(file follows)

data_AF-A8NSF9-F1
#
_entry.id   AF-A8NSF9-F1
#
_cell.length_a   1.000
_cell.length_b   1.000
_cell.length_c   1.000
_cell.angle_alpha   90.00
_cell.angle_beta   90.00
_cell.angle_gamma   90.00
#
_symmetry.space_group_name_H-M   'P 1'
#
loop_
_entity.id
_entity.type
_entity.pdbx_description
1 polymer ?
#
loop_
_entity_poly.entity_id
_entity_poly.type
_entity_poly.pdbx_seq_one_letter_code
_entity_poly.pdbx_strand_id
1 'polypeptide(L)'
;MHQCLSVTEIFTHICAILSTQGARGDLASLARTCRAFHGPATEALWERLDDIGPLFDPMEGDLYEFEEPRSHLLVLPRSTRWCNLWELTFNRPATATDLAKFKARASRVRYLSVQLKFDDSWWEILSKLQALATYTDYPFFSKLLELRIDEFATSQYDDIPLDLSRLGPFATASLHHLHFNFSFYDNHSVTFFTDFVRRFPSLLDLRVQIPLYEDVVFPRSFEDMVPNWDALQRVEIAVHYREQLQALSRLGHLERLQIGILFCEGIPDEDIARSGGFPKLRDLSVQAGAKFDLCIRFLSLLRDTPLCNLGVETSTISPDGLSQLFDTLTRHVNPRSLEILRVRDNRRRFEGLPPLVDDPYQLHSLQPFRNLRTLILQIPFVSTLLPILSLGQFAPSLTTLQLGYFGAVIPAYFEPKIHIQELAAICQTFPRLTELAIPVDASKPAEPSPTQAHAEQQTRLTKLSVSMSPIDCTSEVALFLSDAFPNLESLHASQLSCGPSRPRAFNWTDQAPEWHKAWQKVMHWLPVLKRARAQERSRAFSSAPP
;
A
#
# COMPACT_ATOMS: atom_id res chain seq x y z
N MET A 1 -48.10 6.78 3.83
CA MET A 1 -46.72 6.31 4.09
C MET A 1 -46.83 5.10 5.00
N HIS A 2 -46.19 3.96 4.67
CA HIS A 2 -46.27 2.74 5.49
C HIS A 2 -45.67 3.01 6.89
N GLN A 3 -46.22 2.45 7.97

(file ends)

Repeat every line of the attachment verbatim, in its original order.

data_AF-A8NSF9-F1
#
_entry.id   AF-A8NSF9-F1
#
_cell.length_a   1.000
_cell.length_b   1.000
_cell.length_c   1.000
_cell.angle_alpha   90.00
_cell.angle_beta   90.00
_cell.angle_gamma   90.00
#
_symmetry.space_group_name_H-M   'P 1'
#
loop_
_entity.id
_entity.type
_entity.pdbx_description
1 polymer ?
#
loop_
_entity_poly.entity_id
_entity_poly.type
_entity_poly.pdbx_seq_one_letter_code
_entity_poly.pdbx_strand_id
1 'polypeptide(L)'
;MHQCLSVTEIFTHICAILSTQGARGDLASLARTCRAFHGPATEALWERLDDIGPLFDPMEGDLYEFEEPRSHLLVLPRSTRWCNLWELTFNRPATATDLAKFKARASRVRYLSVQLKFDDSWWEILSKLQALATYTDYPFFSKLLELRIDEFATSQYDDIPLDLSRLGPFATASLHHLHFNFSFYDNHSVTFFTDFVRRFPSLLDLRVQIPLYEDVVFPRSFEDMVPNWDALQRVEIAVHYREQLQALSRLGHLERLQIGILFCEGIPDEDIARSGGFPKLRDLSVQAGAKFDLCIRFLSLLRDTPLCNLGVETSTISPDGLSQLFDTLTRHVNPRSLEILRVRDNRRRFEGLPPLVDDPYQLHSLQPFRNLRTLILQIPFVSTLLPILSLGQFAPSLTTLQLGYFGAVIPAYFEPKIHIQELAAICQTFPRLTELAIPVDASKPAEPSPTQAHAEQQTRLTKLSVSMSPIDCTSEVALFLSDAFPNLESLHASQLSCGPSRPRAFNWTDQAPEWHKAWQKVMHWLPVLKRARAQERSRAFSSAPP
;
A
#
# COMPACT_ATOMS: atom_id res chain seq x y z
N MET A 1 -48.10 6.78 3.83
CA MET A 1 -46.72 6.31 4.09
C MET A 1 -46.83 5.10 5.00
N HIS A 2 -46.19 3.96 4.67
CA HIS A 2 -46.27 2.74 5.49
C HIS A 2 -45.67 3.01 6.89
N GLN A 3 -46.22 2.45 7.97